After the analysis of the economic vulnerability, carried out through interviews with the suppliers of tourist goods and services on the beachfront, it is concluded that the economic activity at this scale has not been altered by the presence of jellyfish on the beach, with no cancellations of reservations due to this reason. With respect to the hotel establishments, most of them determine that they have not suffered cancellations due to the appearance of jellyfish on the beaches, although there is a greater use of the hotel facilities (swimming pool and restaurant) on the days when jellyfish appear.

4.2. Long-term impact analysis

In the analysis of the long-term consequences for the municipality, by consulting the source data available in the Multiterritorial Information System of Andalusia (SIMA), a high vulnerability of the municipal economy is perceived since 24.7% of the companies in the municipality are directly or indirectly linked to the tourism sector (Accommodation, recreational activities, employment agencies, construction, real estate, travel agencies...). In addition, taking into account the official data on contracts registered by the State Public Employment Service (SEPE) and the Andalusian Employment Service (SAE), it appears that 71.6% belong, directly or indirectly, to tourism, with 61% belonging to the service sector and 10.6% to the construction sector.

Regarding the long-term consequences for the beach’s socioeconomic influence area, it is important to emphasize that 23,7% of vacationers would choose not to continue going to this stretch of beaches. Despite this, 72,7% would repeat their holidays in this segment of the coast. Of this total, 28% of holidaymakers say that they would stay in the area because of the climate and the prices of restaurants and establishments. The complementary offer (e.g. the water park) is an incentive for 21% of those surveyed. Other positive elements are the town’s environment (17%) and safety (6%). On the other hand, occasional tourists indicate that the main factors for which they visit the area are the sun and beach (72%) and the Weekend Beach Festival (72%) (table 4).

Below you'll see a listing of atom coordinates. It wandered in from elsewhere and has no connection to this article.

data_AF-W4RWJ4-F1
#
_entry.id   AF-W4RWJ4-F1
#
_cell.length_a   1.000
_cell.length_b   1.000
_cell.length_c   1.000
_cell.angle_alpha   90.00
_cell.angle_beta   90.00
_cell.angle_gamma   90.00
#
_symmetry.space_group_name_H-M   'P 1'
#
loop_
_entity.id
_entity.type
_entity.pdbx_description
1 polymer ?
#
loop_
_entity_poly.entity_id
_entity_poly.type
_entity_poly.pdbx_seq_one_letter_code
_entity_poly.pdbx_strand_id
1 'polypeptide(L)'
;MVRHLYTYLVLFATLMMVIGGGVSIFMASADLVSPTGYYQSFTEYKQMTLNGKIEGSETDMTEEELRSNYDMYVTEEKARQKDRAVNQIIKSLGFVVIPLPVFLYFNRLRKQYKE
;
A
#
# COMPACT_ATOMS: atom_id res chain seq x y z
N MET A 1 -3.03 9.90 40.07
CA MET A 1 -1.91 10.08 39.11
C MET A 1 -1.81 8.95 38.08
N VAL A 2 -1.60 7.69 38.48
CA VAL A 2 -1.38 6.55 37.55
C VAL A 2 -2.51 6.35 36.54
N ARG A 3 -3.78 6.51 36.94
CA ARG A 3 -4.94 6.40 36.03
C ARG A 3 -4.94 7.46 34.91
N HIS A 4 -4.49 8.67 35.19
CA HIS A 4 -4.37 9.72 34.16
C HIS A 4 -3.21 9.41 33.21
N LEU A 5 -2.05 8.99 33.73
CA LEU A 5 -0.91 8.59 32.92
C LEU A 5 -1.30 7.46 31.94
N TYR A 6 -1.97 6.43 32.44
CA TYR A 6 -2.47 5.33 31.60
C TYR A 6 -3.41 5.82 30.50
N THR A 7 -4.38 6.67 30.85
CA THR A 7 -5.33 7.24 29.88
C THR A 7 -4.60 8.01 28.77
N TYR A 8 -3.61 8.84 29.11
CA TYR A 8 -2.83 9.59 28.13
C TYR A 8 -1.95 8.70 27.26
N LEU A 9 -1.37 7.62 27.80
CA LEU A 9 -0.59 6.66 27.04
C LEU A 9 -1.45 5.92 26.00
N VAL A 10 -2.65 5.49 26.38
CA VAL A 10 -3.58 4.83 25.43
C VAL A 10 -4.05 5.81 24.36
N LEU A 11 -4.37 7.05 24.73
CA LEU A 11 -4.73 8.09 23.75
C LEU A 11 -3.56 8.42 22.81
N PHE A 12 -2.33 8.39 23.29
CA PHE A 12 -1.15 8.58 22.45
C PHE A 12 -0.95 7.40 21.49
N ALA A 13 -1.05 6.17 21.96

In conclusion, the results show a high vulnerability of the beach, especially in the short term, mainly due to a high net exposure, composed by users significantly affected by the consequences of a hypothetical case of impossibility to bath. Moreover, preventive measures, such as the use of mobile applications or jellyfish protection devices, are not very popular among users, most of whom do not know how to act in case of jellyfish presence or stings. Even so, the consequences are not so negative in the long term, since it is estimated that most of the respondents would return to this stretch of coast for holidays.

As for the area of influence, it is not affected in the short term, although it is highly vulnerable due to the high number of workers and businesses related to the tourism sector.


Regarding the general structure of the analysis, despite the apparent complexity of spatial-temporal, it is necessary to compartmentalize the analysis because the consequences of the arrival of jellyfish on the beach can be opposed depending on the moment in which they are measured. On the economic side, it is clear that the arrival of jellyfish on the beach may generate profits at first (bathers can look for bars, restaurants, nearby hotels with swimming pools as an alternative, pharmacies to relieve themselves, etc.), but the impact changes into negative on the long-term, like states Nunes et al. 2015, Tomlinson et al. 2018 to Catalonia or Mghili et al. 2022 in the case of Morocco.